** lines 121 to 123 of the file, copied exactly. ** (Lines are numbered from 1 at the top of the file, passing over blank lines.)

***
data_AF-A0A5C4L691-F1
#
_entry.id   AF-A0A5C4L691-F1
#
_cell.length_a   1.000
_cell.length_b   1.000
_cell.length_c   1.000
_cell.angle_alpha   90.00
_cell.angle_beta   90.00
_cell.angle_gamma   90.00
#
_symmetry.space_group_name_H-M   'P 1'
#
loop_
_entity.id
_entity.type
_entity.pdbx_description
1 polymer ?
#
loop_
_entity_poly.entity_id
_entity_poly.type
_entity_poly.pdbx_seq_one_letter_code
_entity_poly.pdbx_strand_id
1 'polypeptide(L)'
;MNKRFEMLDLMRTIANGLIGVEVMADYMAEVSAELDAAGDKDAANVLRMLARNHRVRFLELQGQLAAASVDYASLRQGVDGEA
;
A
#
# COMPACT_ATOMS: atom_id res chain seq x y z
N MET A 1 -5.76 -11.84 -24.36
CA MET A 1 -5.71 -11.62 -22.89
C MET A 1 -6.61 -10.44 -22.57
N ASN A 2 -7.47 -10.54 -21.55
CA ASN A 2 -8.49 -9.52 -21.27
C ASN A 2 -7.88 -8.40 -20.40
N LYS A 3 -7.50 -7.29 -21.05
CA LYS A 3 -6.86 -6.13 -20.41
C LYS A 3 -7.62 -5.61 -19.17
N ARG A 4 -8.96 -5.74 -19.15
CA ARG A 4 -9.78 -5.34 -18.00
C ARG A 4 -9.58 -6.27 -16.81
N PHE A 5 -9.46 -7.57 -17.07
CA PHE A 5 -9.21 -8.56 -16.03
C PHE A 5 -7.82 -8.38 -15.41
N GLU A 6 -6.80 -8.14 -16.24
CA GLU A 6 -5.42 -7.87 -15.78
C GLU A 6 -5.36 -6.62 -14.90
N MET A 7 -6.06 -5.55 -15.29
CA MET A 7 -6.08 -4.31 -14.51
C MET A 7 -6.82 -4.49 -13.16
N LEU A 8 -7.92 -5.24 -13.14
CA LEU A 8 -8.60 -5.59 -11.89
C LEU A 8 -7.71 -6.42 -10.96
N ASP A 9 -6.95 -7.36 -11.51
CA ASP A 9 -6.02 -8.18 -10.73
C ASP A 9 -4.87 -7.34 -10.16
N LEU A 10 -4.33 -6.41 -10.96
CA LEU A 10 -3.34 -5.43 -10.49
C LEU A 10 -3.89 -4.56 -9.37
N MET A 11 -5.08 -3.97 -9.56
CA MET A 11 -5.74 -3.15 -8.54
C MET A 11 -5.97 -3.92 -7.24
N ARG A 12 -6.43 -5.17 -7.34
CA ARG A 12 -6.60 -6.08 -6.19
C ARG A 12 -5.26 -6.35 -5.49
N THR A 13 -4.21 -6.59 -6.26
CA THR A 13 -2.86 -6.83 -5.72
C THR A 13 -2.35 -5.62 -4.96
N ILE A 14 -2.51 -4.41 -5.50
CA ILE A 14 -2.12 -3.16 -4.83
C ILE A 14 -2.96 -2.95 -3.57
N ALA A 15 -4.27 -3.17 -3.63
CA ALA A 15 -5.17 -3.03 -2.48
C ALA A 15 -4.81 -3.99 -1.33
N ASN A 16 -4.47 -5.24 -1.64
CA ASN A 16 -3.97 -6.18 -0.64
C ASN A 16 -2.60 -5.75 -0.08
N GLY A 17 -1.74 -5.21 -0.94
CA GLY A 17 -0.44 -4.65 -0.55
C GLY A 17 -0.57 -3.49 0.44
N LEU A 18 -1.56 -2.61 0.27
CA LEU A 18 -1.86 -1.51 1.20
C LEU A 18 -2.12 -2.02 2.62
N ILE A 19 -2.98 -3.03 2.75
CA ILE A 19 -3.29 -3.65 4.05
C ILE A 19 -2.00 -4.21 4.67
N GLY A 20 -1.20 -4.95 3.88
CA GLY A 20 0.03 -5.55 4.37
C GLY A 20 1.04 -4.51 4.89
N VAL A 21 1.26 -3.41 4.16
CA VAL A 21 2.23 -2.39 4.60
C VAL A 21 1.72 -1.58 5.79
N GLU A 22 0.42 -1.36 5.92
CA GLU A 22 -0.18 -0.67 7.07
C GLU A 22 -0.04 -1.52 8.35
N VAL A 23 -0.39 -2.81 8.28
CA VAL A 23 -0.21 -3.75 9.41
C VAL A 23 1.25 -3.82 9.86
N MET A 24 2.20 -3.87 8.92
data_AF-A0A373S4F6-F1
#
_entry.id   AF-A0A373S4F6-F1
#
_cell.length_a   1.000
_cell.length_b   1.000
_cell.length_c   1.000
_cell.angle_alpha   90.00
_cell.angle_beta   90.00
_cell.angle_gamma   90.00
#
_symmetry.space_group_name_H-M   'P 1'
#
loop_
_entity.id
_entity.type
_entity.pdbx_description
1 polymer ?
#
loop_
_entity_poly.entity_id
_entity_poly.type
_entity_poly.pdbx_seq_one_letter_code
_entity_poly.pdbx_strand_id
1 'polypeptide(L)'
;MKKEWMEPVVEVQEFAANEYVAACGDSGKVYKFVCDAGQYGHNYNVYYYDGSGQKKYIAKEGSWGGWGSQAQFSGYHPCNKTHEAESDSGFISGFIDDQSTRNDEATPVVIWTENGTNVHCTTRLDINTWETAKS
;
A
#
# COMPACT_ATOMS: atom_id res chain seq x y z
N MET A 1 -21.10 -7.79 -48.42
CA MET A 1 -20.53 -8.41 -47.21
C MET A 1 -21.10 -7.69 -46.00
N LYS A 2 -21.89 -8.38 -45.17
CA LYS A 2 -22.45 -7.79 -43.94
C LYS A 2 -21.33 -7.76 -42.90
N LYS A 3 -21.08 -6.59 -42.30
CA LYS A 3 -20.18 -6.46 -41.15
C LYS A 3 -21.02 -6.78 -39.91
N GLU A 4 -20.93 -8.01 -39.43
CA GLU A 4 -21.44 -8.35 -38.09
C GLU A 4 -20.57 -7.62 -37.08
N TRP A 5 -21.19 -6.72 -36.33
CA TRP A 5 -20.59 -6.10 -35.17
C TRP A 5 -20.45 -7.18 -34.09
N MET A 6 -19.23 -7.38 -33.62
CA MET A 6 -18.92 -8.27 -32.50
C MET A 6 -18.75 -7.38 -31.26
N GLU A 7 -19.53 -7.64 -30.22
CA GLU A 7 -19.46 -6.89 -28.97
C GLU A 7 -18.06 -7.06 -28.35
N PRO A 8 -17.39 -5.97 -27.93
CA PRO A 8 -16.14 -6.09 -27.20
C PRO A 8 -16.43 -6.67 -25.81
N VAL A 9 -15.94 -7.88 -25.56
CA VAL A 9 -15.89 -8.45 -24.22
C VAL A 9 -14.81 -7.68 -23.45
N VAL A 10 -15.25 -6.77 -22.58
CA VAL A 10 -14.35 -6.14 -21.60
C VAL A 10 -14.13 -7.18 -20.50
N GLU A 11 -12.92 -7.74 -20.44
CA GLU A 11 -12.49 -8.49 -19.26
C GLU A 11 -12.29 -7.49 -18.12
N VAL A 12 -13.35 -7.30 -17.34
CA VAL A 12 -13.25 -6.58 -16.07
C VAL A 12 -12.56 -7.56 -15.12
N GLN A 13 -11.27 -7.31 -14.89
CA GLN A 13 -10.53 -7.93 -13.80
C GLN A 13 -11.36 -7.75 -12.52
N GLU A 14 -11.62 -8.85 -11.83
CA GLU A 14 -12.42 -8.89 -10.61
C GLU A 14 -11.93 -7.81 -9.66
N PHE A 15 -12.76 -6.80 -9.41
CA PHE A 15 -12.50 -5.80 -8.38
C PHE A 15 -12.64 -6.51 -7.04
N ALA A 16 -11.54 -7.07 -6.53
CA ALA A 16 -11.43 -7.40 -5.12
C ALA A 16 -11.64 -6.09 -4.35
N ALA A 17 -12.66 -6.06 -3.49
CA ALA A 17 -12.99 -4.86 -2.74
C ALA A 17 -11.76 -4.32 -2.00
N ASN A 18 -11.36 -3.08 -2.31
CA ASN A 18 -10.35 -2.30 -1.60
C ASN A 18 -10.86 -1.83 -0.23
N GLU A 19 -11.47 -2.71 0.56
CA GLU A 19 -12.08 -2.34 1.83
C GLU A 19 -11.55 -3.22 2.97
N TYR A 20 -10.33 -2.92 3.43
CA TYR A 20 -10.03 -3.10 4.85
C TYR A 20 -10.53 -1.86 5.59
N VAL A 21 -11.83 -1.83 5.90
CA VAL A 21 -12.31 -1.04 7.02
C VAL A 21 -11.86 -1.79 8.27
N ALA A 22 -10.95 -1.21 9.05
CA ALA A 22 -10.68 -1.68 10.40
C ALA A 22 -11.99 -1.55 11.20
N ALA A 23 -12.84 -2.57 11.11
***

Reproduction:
_entity_poly.entity_id
_entity_poly.type
_entity_poly.pdbx_seq_one_letter_code